The nearly 90,000 signatures that were collected in Lucas County to petition the state's new collective bargaining law are evidence the measure won't stand muster when put to Ohio voters, opponents of the law said Friday.
We Are Ohio, a pro-union group that has led the referendum initiative, went on a media blitz Friday to announce a breakdown of the nearly 1.3 million signatures collected over the last two months. In Lucas County, opponents of the labor law gathered 89,610 signatures, the group reported.
"I feel very confident Senate Bill 5 will go down," said Sandra Schroeder, a social media coordinator for the University of Toledo chapter of the American Association of University Professors and volunteer spokesman for We Are Ohio.
The signatures have not yet been certified, but based on the number -- opponents need only about 231,149 for a referendum -- there's little doubt a referendum will go to voters.
Ms. Schroeder argued nothing good could come from the law, which she said could create a hostile environment for educators and was an "unfair attack" on employees' rights and workers' safety. "With our police officers not being able to negotiate for their equipment and our firemen not being able to negotiate for their equipment, this puts us all in harm's way," she said.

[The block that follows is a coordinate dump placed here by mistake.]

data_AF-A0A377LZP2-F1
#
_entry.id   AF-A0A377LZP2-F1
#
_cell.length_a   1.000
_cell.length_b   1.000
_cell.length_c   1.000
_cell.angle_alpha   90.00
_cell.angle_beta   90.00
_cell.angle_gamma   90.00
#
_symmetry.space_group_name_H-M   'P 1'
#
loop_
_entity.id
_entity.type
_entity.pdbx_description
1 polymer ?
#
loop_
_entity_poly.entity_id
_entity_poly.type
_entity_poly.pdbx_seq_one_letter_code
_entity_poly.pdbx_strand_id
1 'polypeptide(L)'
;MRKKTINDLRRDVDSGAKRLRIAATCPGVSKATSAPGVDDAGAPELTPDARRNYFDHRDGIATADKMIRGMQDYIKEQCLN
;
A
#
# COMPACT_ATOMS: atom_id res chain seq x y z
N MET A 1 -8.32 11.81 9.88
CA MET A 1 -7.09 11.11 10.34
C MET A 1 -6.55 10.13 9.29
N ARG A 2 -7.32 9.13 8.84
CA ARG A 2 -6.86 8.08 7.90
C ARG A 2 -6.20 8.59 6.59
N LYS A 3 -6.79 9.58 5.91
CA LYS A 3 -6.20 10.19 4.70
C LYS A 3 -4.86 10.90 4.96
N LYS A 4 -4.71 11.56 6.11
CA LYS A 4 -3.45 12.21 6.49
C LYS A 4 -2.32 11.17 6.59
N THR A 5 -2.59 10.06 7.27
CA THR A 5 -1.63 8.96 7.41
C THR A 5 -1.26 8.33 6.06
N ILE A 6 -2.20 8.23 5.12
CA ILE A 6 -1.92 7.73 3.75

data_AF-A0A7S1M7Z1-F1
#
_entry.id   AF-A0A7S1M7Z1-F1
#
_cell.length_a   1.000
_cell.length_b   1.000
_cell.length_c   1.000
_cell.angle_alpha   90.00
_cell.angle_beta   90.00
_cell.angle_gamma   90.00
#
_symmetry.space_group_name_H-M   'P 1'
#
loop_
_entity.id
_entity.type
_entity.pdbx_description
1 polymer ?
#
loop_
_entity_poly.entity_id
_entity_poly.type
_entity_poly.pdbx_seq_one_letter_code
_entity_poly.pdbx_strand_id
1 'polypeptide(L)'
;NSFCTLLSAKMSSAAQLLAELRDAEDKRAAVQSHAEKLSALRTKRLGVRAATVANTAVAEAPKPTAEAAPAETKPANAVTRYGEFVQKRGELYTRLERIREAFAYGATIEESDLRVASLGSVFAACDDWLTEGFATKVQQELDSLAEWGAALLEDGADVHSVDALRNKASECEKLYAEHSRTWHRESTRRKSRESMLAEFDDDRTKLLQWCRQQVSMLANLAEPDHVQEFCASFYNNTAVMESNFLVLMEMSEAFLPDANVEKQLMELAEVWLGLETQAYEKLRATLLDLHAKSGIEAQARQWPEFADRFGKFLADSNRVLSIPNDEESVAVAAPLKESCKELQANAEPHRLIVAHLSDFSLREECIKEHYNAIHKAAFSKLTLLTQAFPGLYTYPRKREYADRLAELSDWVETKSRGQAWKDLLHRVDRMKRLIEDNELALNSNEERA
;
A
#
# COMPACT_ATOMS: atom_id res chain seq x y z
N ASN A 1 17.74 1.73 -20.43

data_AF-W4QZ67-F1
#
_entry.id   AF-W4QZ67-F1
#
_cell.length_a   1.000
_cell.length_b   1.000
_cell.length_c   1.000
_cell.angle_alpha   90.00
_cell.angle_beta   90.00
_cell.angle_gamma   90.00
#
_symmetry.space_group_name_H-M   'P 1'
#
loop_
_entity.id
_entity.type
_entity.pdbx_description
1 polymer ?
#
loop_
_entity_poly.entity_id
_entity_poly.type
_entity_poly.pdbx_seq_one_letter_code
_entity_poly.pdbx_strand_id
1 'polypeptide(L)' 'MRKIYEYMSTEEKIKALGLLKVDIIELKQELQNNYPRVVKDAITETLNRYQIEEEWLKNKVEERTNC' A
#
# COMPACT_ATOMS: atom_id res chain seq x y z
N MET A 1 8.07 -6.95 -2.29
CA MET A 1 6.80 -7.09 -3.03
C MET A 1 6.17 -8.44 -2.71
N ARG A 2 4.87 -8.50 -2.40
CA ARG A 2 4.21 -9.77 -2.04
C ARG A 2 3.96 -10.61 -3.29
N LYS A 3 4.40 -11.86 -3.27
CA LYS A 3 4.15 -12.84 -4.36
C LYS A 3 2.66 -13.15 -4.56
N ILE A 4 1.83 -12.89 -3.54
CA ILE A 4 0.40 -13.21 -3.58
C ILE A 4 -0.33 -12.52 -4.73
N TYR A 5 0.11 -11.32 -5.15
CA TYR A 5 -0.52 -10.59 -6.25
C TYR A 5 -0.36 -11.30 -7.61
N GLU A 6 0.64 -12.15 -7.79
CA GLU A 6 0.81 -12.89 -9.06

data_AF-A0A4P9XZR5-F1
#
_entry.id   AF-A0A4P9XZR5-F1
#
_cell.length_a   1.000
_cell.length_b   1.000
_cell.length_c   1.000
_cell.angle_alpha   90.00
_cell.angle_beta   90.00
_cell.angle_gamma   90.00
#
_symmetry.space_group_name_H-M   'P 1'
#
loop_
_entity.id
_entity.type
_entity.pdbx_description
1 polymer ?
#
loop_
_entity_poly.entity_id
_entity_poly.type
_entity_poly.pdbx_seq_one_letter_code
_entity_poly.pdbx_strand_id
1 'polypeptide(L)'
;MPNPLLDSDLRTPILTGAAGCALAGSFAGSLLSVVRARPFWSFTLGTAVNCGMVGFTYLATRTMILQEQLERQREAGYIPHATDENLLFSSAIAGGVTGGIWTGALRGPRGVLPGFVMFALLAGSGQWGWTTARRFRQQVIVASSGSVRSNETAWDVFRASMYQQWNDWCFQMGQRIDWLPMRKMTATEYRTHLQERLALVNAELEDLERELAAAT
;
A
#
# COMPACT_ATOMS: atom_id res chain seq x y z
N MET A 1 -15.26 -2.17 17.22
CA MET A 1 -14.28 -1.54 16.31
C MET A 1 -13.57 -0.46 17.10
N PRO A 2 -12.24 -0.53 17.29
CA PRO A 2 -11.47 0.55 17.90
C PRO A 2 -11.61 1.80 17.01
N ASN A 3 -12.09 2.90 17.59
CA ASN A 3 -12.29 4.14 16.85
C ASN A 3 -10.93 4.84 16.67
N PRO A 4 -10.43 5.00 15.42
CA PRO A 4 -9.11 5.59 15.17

Jason Mauk, a spokesman for the pro-Senate Bill 5 group Building a Better Ohio, said that was untrue and accused opponents of the law of spreading "irresponsible lies."
The law specifically says personal safety equipment issues are subject to collective bargaining, but final say on disputes would rest with the government's legislative body rather than an independent arbitrator.
SB 5 includes provisions that would prohibit public employees from striking and limit what they can negotiate at the bargaining table.
Among the data We Are Ohio reported were 4,682 signatures gathered in Ottawa County, 3,496 in Fulton County, and 2,277 in Henry County. Numbers for Wood County were not available.
"It's great to see all of those people engaged in the process, but frankly it's not about the process of getting a referendum on the ballot, it's about the choice Ohioans need to make," Mr. Mauk said.
The Ohio secretary of state is taking inventory of the petitions and will send them back to county boards of election for validation sometime next week. Valid signatures must be certified by July 26 to put the referendum on the November ballot.
Groups on both sides of the issue pledged educational campaigns about the law leading up to the election.
Contact Tyrel Linkhorn at: email@example.com or 419-724-6134.
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